According to DARD Statistics, with the exception of one or two temporary miniscule rises, Northern Ireland has seen two years of falling farmgate milk prices. NI milk prices peaked in November 2013 and have been falling ever since.
The last 12 months of DARD data has recorded an average of 20.95ppl , significantly below the cost of production for many local dairy farmers. This has put our industry under severe strain with many producers wondering what does the future hold for their businesses and has many asking when will we see a global recovery in milk prices?
One thing which is for certain is that a global recovery in milk prices will be slow. This is due to a mixture of reasons; still-rising milk production trends, a volatile Chinese economy (and any impact upon demand for imported dairy products), the continuing Russian ban and Macroeconomic pressures in the form of exchange rate volatility and low crude oil prices. In addition, high levels of dairy commodity stock held in store and any subsequent overhang could be a cause for concern and may hold back recovery.
In relation to rising milk production volumes, many in the industry are pinning their hopes on adverse weather phenomena known as El Nino. Whilst it may restrain milk production in Oceania for example, closer to home here in the UK, milk production levels are still heading in the opposite direction.
Across the UK, November 2015 was the 3rd warmest on record, with an average temperature of 8.2⁰C. Consequently, grass continued to grow in parts of the UK and the milk kept flowing, despite stubbornly low and unsustainable farmgate milk prices. Usually a prolonged period of low milk prices leads to reduced milk production.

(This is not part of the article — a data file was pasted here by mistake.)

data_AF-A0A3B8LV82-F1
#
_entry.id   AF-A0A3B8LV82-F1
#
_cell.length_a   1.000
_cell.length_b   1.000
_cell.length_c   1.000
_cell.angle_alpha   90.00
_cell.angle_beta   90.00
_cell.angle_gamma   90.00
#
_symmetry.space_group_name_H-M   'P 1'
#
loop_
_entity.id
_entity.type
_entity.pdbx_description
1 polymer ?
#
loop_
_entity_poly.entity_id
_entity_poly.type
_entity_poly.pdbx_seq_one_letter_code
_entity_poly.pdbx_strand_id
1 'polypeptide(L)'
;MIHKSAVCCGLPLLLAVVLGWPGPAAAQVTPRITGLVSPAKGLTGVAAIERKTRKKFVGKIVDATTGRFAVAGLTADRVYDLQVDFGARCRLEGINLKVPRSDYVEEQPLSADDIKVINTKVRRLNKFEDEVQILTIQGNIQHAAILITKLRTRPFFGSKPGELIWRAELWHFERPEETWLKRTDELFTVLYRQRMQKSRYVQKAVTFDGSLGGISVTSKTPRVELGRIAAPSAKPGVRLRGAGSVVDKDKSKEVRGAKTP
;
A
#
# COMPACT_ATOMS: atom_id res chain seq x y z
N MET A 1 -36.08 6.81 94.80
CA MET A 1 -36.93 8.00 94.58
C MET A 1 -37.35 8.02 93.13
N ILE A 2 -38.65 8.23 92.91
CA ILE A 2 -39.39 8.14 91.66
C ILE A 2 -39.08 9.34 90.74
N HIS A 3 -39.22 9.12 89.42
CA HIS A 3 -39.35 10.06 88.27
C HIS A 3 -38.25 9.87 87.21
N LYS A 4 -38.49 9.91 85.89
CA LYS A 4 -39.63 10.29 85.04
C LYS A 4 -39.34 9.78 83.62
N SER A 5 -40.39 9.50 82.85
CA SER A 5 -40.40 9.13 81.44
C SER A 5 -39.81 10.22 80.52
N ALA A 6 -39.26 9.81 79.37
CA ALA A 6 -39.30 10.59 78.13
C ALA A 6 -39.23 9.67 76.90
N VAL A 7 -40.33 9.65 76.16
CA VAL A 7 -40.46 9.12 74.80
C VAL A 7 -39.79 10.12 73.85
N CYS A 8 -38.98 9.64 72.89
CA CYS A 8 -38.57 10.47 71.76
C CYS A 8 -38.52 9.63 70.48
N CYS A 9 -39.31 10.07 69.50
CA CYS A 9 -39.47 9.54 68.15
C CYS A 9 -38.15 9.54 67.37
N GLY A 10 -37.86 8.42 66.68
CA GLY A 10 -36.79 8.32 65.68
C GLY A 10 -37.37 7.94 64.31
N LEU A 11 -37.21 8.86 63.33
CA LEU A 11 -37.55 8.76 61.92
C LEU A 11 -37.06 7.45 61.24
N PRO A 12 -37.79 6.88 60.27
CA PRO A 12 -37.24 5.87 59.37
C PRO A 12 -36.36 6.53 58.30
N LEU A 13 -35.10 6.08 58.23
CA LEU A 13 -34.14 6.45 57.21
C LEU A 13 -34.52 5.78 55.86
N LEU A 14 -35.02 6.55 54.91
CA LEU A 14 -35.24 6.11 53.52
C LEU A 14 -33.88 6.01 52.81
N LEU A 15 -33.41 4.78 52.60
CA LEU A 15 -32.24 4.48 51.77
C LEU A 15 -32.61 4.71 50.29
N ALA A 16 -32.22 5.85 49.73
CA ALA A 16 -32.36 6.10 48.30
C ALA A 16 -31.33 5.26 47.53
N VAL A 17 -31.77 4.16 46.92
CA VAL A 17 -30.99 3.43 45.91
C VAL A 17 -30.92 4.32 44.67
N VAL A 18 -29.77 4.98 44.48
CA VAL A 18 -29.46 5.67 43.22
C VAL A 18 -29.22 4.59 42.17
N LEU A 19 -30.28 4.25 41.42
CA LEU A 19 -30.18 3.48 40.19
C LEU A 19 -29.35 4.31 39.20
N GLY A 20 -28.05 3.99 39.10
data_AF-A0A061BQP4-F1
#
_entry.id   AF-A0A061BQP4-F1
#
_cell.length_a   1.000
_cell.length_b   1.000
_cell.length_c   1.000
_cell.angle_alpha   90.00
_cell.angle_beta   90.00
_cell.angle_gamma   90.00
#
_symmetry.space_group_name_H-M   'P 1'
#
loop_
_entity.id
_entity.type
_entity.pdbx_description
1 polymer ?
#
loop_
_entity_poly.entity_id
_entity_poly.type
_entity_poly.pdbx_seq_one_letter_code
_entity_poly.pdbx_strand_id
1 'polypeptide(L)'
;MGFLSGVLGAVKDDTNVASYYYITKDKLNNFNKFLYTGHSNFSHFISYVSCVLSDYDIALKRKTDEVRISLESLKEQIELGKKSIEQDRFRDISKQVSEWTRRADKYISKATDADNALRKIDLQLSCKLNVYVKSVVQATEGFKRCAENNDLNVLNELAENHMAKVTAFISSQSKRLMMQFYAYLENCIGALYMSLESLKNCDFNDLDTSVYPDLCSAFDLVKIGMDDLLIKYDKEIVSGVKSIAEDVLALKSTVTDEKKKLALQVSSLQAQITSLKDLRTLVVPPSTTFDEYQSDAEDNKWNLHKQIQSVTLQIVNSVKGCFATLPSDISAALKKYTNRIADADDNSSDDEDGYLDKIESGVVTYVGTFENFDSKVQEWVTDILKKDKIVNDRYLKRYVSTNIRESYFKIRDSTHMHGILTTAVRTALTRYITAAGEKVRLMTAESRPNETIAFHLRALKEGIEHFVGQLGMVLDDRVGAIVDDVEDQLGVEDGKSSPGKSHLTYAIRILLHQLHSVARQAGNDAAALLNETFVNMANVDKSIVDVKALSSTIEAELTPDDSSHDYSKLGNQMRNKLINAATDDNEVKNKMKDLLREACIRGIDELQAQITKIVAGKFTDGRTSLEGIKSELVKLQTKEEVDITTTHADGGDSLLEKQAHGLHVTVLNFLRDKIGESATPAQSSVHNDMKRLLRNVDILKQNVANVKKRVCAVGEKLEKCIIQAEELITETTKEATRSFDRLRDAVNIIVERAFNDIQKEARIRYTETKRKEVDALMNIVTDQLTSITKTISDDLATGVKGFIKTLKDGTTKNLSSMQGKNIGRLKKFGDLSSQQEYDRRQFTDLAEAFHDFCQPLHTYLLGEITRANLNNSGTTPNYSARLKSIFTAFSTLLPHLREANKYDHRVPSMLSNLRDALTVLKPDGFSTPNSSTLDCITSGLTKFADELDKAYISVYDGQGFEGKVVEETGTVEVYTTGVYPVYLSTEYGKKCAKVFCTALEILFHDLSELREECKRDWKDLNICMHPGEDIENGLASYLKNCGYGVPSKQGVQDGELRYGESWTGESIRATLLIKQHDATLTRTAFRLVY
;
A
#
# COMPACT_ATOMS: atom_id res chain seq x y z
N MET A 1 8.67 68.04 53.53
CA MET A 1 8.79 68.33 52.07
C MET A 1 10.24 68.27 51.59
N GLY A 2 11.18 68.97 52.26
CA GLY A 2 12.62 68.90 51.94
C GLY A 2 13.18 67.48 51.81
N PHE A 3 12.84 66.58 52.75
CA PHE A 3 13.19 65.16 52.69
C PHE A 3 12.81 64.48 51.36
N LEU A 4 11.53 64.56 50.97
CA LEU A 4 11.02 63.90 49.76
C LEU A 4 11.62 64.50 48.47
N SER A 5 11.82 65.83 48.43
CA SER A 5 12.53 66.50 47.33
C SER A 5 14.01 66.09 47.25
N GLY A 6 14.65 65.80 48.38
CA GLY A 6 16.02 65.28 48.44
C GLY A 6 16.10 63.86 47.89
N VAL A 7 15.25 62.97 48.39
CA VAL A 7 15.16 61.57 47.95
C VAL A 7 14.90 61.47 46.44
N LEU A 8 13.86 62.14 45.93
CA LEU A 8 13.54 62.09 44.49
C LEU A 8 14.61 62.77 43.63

In Northern Ireland, November 2015 saw a year-on-year increase of 2.1% in milk production (compared to November 2014) and the calendar year looks to beat last year’s record year of 2.2 billion litres.
For us to see a sustained recovery in milk prices, markets will need to return to equilibrium, in other words, demand will need to match supply coupled with a sustained price recovery at levels which generate real margins for traders which in turn allow meaningful returns to be passed back down to our dairy farmers.
With milk quota abolished and milk production still higher than last year, as was stated by one leading industry figure only a couple of weeks ago, there is an urgent need for the industry to refocus its business strategy to look at how our industry can be market rather than production-led, focusing on value (and margin) rather than simply volume.
This is a big ask but this is one issue which must to be addressed in 2016. There is a need to take a realistic view of the year ahead in terms of recovery in prices.
With the latest Global Dairy Trade Auction Event in New Zealand recording a 1.6% drop, markets would appear to be still in the doldrums and there is no optimism of any quick recovery as shown in any of the New Zealand forward contracts.
2016 is going to be a very difficult time for local dairy farmers and there will be further downward pressure on price in the early part of the year as our industry will be approaching peak seasonal milk production.
The Ulster Farmers’ Union will be focusing on support for members in these trying times in the year ahead.
In terms of short term assistance, with the 31 January 2016 deadline for Income Tax Self-Assessment pending, we are calling on professional financial advisers such as accountants to be aware of Averaging, as a way of easing/spreading the financial burden created by the tax return.
As far as the longer term is concerned, our lobby activities will include; working on a fairer and more efficient food supply chain (adding value rather than volume); the development of new export markets; improved public procurement of local food products; consideration of measures to help the dairy industry better manage market volatility; develop the introduction of alternative sources of finance such as the European Investment Bank.